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Cingular bid for AT&T stirs wireless pot

The cellular carrier's multibillion-dollar bid for rival AT&T Wireless could prompt Vodafone, the world's largest international cell phone group, into a counterbid, say analysts.

A multibillion-dollar takeover unfolding in the U.S. wireless market could prod Vodafone Group, the world's largest international mobile phone group, into a counterbid and strategic U-turn.

British-based Vodafone has consistently stressed it is content with a 45 percent stake in Verizon Wireless, the largest mobile phone group in the United States with about 36 million customers, despite its wider strategy of gunning for control of overseas assets.

But the gloves might be about to come off.

One source familiar with the situation told Reuters on Tuesday that Cingular, the No. 2 U.S. mobile group, had made a formal bid for No. 3 rival, AT&T Wireless, which has a market capitalization of about $27 billion.

Bid terms remained shrouded in mystery as the European markets closed, but such a move would push Verizon Wireless into the No. 2 slot in the United States, which would throw down the gauntlet to Vodafone. Industry sources told Reuters last week that Vodafone, among others, had also cast its eye over AT&T Wireless.

"It would be really odd if Vodafone weren't seriously interested (in AT&T Wireless)," noted one industry source familiar with talks. Vodafone declined to comment.

Vodafone likes to stress that Verizon Wireless is a prized investment that generates healthy dividends. But few experts doubt that the British mobile phone titan would prefer majority control over U.S. technology and service development, to fully integrate the business and create a truly global brand.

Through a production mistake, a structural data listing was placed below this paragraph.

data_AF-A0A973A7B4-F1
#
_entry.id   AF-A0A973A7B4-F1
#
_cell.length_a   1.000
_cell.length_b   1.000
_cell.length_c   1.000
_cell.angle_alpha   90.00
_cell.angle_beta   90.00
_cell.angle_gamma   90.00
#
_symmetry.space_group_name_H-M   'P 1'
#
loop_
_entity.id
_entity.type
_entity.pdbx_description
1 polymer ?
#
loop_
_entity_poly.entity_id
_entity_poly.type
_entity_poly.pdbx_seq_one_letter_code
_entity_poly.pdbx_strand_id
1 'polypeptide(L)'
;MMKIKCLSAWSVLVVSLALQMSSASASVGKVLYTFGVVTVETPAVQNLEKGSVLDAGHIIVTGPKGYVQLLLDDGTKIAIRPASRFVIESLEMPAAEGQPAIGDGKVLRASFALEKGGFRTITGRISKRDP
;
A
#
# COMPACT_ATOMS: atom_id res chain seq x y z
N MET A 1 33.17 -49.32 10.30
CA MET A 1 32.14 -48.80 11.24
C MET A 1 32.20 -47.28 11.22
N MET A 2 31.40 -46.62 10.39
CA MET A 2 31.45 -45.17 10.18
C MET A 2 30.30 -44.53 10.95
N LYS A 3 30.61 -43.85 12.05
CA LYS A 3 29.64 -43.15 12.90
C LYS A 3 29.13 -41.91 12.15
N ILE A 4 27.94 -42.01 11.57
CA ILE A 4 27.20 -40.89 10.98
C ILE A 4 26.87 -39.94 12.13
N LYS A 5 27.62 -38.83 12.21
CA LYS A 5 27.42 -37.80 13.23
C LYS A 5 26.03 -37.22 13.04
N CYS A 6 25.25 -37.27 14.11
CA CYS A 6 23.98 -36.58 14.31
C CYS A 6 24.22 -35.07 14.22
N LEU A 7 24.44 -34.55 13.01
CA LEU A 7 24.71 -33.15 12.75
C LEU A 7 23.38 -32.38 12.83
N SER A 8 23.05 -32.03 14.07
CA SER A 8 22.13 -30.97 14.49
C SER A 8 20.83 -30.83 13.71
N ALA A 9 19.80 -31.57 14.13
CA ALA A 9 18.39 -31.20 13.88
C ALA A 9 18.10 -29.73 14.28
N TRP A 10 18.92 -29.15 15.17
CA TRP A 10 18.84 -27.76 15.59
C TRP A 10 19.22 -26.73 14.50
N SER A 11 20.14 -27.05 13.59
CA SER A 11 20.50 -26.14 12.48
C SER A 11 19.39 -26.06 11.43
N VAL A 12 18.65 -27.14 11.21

The price of control
Most market experts believe Vodafone would be unlikely to clinch control of Verizon Wireless without a hostile bid for majority shareholder Verizon Communications, a $102 billion group with fixed-line assets which Vodafone, a pure cell phone operator, would subsequently be expected to sell.

Such a bid would be complex, costly and is considered unlikely in a market that is just starting to pick itself up after one of the most precipitous share price falls in history.

But under former CEO Chris Gent, Vodafone won a reputation for aggression after a $225.3 billion record hostile takeover of former German ally Mannesmann in 2000.

Some analysts warned investors against assuming the financially powerful group would remain on the sidelines. Vodafone, which has relatively little debt and a solid credit rating, might not get a second chance to take control in the United States and might try to trump any Cingular bid, selling its Verizon Wireless stake back to Verizon Communications.

Unraveling the Verizon joint venture would be complicated, analysts say. And any bid for AT&T Wireless, which is 16-percent owned by Japanese cell phone giant NTT DoCoMo, is also expected to be earnings and cashflow dilutive in the short-term, partly because Vodafone would have to pay a premium.

But there are compensations. Unlike Verizon Wireless, AT&T Wireless has overlaid its network with Global System for Mobile Communications (GSM)--a technology that is compatible with Vodafone's European networks and would allow greater roaming revenue from globe-trotting customers.

AT&T Wireless has a market share of about 15 percent, but pips Cingular when it comes to revenue. Analysts have penciled in revenue of about $16.5 billion for AT&T Wireless this year, compared to $15 billion for Cingular, a joint venture between BellSouth and SBC Communications. Verizon Wireless is forecast to generate about $22 billion of revenue.

Story Copyright  © 2004 Reuters Limited.  All rights reserved.